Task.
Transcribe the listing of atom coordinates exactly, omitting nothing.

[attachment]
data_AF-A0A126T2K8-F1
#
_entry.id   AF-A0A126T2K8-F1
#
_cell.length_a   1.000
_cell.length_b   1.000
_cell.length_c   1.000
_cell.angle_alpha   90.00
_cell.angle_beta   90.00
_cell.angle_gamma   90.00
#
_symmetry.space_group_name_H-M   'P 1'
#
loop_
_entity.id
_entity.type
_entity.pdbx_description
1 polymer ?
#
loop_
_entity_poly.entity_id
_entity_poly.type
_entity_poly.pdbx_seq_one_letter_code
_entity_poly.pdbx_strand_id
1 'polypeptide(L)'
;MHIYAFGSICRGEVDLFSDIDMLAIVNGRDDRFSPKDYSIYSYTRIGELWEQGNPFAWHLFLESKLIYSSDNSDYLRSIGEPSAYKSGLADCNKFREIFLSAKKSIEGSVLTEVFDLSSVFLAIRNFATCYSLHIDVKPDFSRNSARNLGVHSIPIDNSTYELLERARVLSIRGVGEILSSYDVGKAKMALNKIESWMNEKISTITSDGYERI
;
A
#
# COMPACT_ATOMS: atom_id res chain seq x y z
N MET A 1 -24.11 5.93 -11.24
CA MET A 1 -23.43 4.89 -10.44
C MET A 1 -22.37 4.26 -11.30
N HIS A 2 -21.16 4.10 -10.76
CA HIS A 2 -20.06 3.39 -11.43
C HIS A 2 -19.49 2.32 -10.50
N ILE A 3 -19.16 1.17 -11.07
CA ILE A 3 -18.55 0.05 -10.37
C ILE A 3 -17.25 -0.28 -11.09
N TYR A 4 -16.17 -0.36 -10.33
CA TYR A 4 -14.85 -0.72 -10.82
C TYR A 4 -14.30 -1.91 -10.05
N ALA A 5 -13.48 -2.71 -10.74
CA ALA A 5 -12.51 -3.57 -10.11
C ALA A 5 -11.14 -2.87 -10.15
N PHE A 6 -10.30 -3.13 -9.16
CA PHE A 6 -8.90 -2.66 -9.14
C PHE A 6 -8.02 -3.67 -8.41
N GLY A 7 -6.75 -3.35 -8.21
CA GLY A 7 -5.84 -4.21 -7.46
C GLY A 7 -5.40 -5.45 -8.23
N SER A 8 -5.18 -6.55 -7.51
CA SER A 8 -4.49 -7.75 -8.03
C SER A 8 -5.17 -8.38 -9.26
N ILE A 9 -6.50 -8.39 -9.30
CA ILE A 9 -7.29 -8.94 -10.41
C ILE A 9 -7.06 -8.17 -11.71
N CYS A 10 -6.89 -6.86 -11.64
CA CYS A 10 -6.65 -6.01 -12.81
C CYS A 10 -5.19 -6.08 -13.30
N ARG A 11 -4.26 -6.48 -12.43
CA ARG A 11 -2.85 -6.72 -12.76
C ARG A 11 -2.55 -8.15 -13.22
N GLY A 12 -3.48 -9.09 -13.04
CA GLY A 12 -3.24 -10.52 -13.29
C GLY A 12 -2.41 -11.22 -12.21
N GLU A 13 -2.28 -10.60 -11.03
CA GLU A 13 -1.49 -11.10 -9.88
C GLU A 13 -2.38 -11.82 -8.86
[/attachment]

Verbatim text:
data_AF-A0A126T2K8-F1
#
_entry.id   AF-A0A126T2K8-F1
#
_cell.length_a   1.000
_cell.length_b   1.000
_cell.length_c   1.000
_cell.angle_alpha   90.00
_cell.angle_beta   90.00
_cell.angle_gamma   90.00
#
_symmetry.space_group_name_H-M   'P 1'
#
loop_
_entity.id
_entity.type
_entity.pdbx_description
1 polymer ?
#
loop_
_entity_poly.entity_id
_entity_poly.type
_entity_poly.pdbx_seq_one_letter_code
_entity_poly.pdbx_strand_id
1 'polypeptide(L)'
;MHIYAFGSICRGEVDLFSDIDMLAIVNGRDDRFSPKDYSIYSYTRIGELWEQGNPFAWHLFLESKLIYSSDNSDYLRSIGEPSAYKSGLADCNKFREIFLSAKKSIEGSVLTEVFDLSSVFLAIRNFATCYSLHIDVKPDFSRNSARNLGVHSIPIDNSTYELLERARVLSIRGVGEILSSYDVGKAKMALNKIESWMNEKISTITSDGYERI
;
A
#
# COMPACT_ATOMS: atom_id res chain seq x y z
N MET A 1 -24.11 5.93 -11.24
CA MET A 1 -23.43 4.89 -10.44
C MET A 1 -22.37 4.26 -11.30
N HIS A 2 -21.16 4.10 -10.76
CA HIS A 2 -20.06 3.39 -11.43
C HIS A 2 -19.49 2.32 -10.50
N ILE A 3 -19.16 1.17 -11.07
CA ILE A 3 -18.55 0.05 -10.37
C ILE A 3 -17.25 -0.28 -11.09
N TYR A 4 -16.17 -0.36 -10.33
CA TYR A 4 -14.85 -0.72 -10.82
C TYR A 4 -14.30 -1.91 -10.05
N ALA A 5 -13.48 -2.71 -10.74
CA ALA A 5 -12.51 -3.57 -10.11
C ALA A 5 -11.14 -2.87 -10.15
N PHE A 6 -10.30 -3.13 -9.16
CA PHE A 6 -8.90 -2.66 -9.14
C PHE A 6 -8.02 -3.67 -8.41
N GLY A 7 -6.75 -3.35 -8.21
CA GLY A 7 -5.84 -4.21 -7.46
C GLY A 7 -5.40 -5.45 -8.23
N SER A 8 -5.18 -6.55 -7.51
CA SER A 8 -4.49 -7.75 -8.03
C SER A 8 -5.17 -8.38 -9.26
N ILE A 9 -6.50 -8.39 -9.30
CA ILE A 9 -7.29 -8.94 -10.41
C ILE A 9 -7.06 -8.17 -11.71
N CYS A 10 -6.89 -6.86 -11.64
CA CYS A 10 -6.65 -6.01 -12.81
C CYS A 10 -5.19 -6.08 -13.30
N ARG A 11 -4.26 -6.48 -12.43
CA ARG A 11 -2.85 -6.72 -12.76
C ARG A 11 -2.55 -8.15 -13.22
N GLY A 12 -3.48 -9.09 -13.04
CA GLY A 12 -3.24 -10.52 -13.29
C GLY A 12 -2.41 -11.22 -12.21
N GLU A 13 -2.28 -10.60 -11.03
CA GLU A 13 -1.49 -11.10 -9.88
C GLU A 13 -2.38 -11.82 -8.86